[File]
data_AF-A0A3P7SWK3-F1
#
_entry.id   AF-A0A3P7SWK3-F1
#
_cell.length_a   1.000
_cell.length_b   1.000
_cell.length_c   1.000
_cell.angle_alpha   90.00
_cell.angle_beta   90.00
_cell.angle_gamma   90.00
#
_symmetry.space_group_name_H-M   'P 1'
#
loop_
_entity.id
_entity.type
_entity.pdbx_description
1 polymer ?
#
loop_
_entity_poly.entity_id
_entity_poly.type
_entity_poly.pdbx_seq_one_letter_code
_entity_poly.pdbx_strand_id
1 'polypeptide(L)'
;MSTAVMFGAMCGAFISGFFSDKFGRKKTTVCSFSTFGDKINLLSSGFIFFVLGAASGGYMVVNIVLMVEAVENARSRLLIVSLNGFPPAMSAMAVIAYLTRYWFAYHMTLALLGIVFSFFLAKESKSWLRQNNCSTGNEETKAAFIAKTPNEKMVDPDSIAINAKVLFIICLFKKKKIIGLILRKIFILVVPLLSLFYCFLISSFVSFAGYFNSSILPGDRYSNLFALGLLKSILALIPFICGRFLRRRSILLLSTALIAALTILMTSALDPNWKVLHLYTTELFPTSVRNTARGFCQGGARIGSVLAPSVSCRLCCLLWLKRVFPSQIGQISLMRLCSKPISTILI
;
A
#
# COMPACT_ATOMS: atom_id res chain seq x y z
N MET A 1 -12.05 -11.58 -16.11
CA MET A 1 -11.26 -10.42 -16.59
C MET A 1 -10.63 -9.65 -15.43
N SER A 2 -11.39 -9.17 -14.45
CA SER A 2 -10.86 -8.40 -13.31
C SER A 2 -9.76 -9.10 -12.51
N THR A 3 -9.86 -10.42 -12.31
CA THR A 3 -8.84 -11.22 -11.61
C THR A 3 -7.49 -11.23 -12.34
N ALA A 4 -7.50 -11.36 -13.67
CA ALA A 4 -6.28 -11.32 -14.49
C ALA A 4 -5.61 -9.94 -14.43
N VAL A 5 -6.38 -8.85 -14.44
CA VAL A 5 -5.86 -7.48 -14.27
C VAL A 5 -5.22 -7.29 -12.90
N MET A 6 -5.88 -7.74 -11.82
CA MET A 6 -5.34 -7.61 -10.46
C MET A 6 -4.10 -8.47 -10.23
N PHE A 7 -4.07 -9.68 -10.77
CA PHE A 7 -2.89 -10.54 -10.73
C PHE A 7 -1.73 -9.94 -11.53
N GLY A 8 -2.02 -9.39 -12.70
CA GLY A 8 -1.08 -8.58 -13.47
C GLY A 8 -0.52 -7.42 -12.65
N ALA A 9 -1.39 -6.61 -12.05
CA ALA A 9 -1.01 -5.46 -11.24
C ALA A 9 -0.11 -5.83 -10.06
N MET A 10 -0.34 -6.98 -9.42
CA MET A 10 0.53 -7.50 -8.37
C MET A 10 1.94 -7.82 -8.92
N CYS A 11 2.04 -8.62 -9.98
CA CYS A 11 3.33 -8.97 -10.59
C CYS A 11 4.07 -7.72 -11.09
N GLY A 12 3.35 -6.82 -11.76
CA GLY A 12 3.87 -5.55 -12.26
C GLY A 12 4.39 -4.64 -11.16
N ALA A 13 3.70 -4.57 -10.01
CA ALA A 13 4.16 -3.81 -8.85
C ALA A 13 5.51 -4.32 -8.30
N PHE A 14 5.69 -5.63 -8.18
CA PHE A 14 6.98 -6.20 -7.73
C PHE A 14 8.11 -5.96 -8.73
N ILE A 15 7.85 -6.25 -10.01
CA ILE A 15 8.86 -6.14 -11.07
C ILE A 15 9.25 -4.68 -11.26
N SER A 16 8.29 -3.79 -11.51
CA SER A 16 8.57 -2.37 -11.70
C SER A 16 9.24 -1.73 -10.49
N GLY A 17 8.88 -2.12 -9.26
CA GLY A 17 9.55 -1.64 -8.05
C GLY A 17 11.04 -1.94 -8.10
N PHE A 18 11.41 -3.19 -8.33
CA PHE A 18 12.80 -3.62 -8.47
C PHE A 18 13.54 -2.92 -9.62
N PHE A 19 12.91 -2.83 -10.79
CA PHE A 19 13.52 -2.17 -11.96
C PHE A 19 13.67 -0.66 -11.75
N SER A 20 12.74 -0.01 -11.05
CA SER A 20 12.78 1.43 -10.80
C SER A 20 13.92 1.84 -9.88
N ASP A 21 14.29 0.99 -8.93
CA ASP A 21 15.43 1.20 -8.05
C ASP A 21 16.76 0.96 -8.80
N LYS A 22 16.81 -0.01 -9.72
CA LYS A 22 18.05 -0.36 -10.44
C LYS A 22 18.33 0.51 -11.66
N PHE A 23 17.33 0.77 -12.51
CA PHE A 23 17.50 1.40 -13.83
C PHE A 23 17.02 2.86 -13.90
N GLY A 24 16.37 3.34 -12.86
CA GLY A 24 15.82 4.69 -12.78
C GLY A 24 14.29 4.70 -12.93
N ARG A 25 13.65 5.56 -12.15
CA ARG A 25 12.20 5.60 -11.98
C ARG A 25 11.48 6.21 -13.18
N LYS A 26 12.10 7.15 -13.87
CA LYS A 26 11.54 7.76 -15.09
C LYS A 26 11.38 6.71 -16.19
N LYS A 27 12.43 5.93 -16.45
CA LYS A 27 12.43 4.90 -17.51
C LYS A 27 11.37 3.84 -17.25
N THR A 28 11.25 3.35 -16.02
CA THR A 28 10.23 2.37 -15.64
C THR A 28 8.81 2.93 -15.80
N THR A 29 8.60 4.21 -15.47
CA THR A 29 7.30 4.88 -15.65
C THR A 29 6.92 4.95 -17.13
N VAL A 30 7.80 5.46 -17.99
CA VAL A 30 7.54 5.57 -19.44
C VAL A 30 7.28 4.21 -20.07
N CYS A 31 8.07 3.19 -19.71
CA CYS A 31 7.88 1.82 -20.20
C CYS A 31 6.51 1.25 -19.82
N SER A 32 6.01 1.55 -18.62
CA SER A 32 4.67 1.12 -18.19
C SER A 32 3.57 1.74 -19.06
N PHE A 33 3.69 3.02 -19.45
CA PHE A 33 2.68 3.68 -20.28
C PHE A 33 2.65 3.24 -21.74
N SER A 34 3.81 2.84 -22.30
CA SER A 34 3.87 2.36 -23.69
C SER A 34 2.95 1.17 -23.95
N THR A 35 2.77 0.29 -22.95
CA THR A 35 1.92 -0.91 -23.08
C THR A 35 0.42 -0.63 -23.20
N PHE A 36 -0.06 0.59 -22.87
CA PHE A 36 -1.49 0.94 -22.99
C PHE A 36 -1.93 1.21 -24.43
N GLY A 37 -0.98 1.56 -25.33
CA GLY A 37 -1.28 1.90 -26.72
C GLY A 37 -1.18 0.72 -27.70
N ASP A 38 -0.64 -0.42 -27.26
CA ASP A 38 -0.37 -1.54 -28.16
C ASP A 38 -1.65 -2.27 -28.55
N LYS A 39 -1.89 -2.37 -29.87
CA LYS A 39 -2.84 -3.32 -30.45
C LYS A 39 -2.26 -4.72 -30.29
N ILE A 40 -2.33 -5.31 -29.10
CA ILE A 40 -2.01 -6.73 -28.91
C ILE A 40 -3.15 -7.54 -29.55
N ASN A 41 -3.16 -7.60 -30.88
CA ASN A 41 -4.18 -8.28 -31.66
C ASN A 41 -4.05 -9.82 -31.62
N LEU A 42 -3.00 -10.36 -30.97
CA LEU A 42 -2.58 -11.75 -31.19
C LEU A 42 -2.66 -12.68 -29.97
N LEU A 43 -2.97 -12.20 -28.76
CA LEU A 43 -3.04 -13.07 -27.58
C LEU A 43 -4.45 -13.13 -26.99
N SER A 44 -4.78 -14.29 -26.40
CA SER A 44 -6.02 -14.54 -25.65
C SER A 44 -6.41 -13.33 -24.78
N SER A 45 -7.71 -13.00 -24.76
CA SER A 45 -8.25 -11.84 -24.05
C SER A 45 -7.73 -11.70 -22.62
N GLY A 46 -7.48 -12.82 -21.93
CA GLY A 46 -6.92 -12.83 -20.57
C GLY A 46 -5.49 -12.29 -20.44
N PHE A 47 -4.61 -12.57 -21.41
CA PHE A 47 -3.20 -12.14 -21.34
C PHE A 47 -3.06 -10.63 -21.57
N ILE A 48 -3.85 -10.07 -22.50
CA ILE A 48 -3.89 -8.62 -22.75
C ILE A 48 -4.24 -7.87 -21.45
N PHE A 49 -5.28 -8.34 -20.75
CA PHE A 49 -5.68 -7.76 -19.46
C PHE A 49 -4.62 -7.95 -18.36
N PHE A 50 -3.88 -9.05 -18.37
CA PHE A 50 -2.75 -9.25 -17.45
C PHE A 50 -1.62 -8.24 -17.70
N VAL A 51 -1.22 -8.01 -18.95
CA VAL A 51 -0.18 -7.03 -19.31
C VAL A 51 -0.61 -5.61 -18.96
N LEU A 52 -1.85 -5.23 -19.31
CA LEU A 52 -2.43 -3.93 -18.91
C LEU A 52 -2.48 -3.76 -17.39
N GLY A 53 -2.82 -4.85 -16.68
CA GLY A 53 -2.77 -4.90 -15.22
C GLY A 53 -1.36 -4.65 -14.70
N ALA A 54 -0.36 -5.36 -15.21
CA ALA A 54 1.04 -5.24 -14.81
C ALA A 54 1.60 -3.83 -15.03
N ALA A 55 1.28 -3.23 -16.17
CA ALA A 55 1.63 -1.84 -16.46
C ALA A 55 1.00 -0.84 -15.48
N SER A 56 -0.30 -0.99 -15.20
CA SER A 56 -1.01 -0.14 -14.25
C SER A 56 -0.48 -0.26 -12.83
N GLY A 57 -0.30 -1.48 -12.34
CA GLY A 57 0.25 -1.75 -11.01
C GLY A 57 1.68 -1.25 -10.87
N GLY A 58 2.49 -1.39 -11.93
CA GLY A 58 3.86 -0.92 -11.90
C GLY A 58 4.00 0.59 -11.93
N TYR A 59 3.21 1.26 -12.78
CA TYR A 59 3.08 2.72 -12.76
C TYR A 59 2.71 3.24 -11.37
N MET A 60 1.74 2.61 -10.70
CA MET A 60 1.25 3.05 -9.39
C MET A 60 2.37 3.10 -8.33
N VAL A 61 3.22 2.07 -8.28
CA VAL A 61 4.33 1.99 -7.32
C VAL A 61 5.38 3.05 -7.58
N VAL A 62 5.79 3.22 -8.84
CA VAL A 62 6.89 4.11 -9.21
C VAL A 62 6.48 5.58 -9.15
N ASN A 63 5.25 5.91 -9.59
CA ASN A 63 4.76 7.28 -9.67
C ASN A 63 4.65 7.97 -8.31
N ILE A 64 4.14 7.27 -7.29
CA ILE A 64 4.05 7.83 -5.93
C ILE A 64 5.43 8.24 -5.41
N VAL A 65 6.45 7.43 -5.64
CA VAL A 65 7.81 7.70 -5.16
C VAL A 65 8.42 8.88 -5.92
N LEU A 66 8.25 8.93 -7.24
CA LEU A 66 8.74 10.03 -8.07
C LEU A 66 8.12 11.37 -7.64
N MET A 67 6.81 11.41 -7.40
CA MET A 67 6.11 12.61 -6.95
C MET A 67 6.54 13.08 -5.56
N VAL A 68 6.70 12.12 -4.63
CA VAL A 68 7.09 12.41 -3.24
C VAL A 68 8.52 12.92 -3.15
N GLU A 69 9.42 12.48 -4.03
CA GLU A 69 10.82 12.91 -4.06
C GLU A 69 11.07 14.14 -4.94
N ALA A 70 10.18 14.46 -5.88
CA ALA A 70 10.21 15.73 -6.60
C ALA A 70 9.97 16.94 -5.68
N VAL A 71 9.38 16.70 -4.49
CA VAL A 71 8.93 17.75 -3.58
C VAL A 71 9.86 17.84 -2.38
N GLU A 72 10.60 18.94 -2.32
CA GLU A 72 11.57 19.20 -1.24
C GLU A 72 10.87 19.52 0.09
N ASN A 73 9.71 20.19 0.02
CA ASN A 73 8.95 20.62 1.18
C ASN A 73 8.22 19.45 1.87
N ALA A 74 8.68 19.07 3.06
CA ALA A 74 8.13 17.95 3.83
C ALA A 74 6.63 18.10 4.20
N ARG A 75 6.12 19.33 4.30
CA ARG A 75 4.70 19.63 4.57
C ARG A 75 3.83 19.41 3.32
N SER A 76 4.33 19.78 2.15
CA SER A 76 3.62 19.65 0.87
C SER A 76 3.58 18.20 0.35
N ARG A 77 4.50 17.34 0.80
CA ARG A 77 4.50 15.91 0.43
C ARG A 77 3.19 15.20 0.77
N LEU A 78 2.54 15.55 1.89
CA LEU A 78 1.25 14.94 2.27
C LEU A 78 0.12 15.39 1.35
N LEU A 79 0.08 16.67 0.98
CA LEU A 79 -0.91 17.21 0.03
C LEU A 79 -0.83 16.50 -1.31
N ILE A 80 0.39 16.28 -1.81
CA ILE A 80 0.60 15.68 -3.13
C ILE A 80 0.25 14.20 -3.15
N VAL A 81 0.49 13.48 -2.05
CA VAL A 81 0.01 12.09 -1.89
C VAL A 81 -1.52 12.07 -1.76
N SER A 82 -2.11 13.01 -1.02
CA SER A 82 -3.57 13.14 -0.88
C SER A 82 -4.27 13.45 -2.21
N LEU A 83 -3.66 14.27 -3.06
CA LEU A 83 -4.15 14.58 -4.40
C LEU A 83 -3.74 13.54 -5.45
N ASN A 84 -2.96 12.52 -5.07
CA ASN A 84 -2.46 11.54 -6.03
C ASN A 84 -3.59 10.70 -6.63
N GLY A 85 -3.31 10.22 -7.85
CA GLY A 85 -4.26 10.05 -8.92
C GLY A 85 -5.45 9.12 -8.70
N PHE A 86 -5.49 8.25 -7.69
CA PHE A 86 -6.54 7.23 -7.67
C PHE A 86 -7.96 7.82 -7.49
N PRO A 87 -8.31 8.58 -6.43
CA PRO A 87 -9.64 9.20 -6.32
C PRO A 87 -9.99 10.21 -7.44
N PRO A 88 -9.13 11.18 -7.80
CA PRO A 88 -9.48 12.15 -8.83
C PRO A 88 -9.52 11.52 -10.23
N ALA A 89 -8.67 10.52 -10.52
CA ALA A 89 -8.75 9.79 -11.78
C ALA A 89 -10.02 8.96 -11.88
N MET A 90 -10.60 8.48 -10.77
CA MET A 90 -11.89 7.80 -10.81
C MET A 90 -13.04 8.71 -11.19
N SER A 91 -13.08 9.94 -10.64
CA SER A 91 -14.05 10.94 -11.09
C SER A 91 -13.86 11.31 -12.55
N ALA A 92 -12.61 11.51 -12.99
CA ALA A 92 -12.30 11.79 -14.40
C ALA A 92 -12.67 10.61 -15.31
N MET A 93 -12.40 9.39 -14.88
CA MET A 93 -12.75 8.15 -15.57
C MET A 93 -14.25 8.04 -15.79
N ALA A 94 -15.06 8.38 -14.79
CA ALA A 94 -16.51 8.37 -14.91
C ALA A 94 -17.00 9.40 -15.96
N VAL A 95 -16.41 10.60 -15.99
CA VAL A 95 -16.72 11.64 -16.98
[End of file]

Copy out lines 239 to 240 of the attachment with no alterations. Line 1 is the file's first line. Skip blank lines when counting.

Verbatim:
CA ALA A 70 10.21 15.73 -6.60
C ALA A 70 9.97 16.94 -5.68